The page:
As many on this blog know, I am a military history nut so the one story this weekend was particularly exciting: the crew of billionaire Paul Allen has located the wreckage of the USS Indianapolis, which sank 72 years ago. We last discussed the Indianapolis during my visit to Tinian where it dropped off the atomic bomb parts in World War II. The ship rests in the Philippine Sea some 18,000 feet below the surface. Of 1,196 crew aboard the ship, only 317 survived.
The ship was sunk upon its return trip from Tinian by a Japanese submarine on July 30, 1945. Because of its secret mission, there was no immediate notice of its sinking and the survivors were left in sharp infested waters where sharks feasted on the floating sailors. It was a tragedy captured famously in the movie “Jaws.”
The tragedy continued as Navy brass tried to pin the disaster on the captain with a court martial. Charles B. McVay III was the first captain in history to be subject to a court martial for losing a ship sunk by an act of war. He was accused of failing to zig zag even thought he Japanese commander who sank his ship said that such a tactic would not have changed the outcome. He was convicted but the sentence was overturned by Secretary James Forrestal and he was promoted to rear admiral when he retired from the navy in 1949. However, he was plagued by letters and attacks from the families of the deceased crew. On November 6, 1968, he committed suicide with his service revolver in the front yard of his home in Litchfield, Connecticut.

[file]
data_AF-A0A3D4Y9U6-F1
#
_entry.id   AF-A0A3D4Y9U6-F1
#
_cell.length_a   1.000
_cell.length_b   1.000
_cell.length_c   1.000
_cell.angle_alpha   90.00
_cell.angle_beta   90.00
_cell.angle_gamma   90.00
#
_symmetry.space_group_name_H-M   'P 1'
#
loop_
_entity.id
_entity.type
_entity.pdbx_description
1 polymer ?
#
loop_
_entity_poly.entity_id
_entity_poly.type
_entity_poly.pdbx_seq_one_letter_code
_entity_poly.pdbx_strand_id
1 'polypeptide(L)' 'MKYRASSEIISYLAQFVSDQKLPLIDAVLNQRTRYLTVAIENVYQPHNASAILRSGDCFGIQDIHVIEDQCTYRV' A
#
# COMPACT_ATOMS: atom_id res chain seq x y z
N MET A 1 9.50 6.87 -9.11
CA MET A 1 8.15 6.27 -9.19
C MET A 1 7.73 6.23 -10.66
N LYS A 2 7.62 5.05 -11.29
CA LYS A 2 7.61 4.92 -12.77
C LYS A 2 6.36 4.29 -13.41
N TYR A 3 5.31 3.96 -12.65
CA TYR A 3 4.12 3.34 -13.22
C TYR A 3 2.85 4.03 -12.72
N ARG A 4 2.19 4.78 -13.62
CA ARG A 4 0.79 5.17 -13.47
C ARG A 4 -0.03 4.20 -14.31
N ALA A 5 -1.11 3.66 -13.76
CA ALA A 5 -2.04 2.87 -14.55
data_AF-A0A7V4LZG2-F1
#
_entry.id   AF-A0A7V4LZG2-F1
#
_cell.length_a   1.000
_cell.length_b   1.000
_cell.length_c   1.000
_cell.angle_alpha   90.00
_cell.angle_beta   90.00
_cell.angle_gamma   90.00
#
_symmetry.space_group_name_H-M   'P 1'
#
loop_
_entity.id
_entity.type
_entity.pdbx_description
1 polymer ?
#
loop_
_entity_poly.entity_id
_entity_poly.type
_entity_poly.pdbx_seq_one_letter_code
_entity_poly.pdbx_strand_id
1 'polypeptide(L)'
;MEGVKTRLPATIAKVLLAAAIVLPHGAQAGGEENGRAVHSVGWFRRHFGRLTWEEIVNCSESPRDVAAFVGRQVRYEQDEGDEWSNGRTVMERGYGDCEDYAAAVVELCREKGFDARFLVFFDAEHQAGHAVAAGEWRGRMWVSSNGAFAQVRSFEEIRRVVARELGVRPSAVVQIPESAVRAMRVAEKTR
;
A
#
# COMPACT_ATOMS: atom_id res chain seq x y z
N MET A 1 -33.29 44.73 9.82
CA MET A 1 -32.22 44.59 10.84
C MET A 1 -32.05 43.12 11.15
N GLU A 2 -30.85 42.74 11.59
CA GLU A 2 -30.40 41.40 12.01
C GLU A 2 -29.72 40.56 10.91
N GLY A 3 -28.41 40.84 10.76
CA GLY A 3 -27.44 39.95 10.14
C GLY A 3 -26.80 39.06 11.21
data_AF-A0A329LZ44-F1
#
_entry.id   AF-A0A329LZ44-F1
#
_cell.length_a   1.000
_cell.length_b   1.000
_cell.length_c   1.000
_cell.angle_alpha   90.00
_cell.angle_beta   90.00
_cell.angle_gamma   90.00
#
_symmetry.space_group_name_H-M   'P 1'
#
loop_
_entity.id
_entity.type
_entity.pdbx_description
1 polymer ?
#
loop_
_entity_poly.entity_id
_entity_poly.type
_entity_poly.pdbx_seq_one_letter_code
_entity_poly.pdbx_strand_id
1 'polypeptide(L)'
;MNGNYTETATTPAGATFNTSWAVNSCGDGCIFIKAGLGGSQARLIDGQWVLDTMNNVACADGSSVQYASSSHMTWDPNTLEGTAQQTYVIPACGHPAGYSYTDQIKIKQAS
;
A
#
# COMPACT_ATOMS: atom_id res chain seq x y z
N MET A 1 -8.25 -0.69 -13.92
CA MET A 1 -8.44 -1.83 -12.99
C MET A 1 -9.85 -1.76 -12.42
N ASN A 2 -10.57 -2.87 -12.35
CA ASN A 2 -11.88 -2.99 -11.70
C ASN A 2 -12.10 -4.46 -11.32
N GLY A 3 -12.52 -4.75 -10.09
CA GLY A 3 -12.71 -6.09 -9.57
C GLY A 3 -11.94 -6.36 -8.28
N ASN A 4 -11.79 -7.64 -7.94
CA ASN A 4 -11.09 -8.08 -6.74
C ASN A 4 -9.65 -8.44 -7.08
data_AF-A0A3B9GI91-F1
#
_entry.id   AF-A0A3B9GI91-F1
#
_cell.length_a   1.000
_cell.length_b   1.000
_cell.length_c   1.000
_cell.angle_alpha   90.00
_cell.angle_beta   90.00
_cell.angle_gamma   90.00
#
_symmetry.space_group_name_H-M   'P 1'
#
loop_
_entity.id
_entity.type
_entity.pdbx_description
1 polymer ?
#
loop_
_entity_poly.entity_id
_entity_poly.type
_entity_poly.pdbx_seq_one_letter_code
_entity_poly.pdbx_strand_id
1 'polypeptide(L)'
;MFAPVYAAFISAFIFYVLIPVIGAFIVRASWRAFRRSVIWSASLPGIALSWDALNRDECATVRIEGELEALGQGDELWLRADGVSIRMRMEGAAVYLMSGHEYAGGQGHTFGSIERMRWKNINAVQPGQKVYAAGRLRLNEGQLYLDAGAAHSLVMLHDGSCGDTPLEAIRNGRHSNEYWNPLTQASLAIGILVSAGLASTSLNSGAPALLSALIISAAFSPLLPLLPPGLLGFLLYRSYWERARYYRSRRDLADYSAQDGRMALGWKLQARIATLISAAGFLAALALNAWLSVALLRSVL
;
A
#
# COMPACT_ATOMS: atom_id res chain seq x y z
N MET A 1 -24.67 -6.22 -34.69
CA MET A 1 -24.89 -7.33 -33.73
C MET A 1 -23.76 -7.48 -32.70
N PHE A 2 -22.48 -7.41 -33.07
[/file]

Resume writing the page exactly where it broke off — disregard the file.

Here is the evidence posted by Allen: